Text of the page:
It’s not like readers in Arkansas or elsewhere who are interested in knowing about developments across the country relating to same-sex marriage might casually turn their heads toward a news story that just surfaced out of Alabama.

Rather, they’re going to snap to attention in a hurry, given a ruling issued this past Tuesday by that state’s highest court that flatly challenges — in fact, openly defies — an earlier federal court ruling concerning gay marriage in Alabama.

Here’s a quick summary. A same-sex couple was denied the right to marry in Alabama. A federal court subsequently invalidated the state’s ban on same-sex marriage. State officials sought U.S. Supreme Court intervention on the matter and got it, but with an unwanted result: the nation’s highest court refused to stay the lower federal court’s ruling until the Supreme Court issues a ruling on gay marriage that is expected to be announced later this year. In essence, that ruling permitted same-sex marriages to proceed in the state.

The Alabama court ruled otherwise earlier this week, stating that it has just as much right to opine on the constitutionality of the matter as does a federal court. The court’s opinion stated that “state courts may interpret the United States Constitution independently from, and even contrary to, federal courts” until the point that the U.S. Supreme Court definitively decides a legal issue through a ruling.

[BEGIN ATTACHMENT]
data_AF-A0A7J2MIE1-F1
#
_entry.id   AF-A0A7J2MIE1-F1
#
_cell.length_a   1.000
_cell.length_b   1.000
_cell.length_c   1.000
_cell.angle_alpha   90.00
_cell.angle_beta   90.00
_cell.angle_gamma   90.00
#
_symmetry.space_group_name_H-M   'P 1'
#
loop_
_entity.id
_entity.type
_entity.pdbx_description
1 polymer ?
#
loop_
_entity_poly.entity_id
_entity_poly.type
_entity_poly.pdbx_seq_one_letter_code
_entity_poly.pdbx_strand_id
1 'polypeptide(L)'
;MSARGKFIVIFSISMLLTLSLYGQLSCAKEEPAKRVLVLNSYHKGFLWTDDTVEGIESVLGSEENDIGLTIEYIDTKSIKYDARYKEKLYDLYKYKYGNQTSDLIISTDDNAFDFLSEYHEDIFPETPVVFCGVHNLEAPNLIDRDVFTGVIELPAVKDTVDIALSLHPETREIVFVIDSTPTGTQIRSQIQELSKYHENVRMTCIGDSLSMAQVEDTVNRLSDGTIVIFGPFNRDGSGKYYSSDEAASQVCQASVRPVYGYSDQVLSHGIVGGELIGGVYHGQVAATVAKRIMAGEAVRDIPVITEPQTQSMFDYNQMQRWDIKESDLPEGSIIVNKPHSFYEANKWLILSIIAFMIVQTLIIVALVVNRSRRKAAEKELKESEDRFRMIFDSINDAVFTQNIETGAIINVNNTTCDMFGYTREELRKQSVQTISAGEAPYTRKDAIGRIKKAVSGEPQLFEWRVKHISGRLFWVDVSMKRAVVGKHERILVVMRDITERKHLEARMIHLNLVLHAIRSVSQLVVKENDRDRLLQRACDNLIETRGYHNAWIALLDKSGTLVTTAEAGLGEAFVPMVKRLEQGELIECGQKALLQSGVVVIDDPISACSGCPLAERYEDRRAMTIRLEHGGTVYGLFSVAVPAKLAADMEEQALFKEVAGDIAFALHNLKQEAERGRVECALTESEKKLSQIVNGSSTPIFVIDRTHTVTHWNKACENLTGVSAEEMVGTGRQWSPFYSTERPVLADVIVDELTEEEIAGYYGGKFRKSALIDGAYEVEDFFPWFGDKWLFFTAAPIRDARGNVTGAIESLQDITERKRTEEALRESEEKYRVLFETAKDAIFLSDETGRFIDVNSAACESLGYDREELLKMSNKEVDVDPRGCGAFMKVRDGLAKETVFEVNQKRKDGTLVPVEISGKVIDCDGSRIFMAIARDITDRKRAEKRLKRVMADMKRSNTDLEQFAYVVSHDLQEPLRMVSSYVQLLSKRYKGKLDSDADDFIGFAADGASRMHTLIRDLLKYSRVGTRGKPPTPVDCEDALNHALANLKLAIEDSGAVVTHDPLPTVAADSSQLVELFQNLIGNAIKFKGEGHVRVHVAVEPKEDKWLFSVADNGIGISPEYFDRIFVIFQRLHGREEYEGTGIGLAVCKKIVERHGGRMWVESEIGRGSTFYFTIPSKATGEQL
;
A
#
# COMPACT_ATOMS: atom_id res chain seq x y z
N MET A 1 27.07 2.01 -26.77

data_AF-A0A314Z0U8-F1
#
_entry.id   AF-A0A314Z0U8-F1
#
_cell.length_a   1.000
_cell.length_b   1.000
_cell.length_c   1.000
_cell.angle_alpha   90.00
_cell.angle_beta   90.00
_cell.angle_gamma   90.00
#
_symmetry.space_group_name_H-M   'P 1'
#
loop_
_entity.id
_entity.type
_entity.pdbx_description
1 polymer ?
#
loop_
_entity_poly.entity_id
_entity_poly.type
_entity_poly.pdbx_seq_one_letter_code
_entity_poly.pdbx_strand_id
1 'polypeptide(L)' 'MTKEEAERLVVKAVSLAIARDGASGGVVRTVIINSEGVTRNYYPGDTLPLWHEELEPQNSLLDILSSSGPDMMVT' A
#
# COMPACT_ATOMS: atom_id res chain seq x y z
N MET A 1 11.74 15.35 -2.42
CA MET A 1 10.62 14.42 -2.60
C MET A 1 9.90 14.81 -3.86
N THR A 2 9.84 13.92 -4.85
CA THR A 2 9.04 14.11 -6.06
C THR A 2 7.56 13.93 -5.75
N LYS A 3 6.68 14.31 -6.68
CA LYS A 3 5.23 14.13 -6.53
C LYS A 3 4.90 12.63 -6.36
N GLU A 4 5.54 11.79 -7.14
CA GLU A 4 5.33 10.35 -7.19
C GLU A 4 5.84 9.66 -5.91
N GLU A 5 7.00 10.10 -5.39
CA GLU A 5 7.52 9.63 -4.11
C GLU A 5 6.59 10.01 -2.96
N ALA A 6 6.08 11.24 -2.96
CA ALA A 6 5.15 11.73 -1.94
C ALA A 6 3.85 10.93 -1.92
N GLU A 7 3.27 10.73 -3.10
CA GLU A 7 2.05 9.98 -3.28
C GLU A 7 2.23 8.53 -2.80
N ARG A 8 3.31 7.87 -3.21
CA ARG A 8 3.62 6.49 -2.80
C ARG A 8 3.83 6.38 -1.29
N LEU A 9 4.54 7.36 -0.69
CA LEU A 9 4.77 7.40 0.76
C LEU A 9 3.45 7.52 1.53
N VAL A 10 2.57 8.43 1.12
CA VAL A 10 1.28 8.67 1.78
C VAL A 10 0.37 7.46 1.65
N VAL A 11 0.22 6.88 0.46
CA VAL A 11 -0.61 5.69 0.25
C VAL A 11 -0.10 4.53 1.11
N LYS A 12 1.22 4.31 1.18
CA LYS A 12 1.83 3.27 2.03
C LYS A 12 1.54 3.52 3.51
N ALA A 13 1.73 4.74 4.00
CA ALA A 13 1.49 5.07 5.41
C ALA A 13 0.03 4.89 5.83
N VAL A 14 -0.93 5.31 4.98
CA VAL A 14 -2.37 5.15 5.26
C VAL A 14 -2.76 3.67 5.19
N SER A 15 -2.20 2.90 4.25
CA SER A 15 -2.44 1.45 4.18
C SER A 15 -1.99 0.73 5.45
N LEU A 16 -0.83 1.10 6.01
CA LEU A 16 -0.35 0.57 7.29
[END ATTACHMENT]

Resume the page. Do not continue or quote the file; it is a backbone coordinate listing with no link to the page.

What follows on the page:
That judicial take is absolutely uncommon, with federal court decisions historically — and routinely — trumping state court rulings on matters regarding constitutional issues.

It is certainly a notable development. We will keep readers updated.

Source: The Washington Post, “In defiant ruling, Alabama Supreme Court stops same-sex marriage in state,” Fred Barbash, March 4, 2015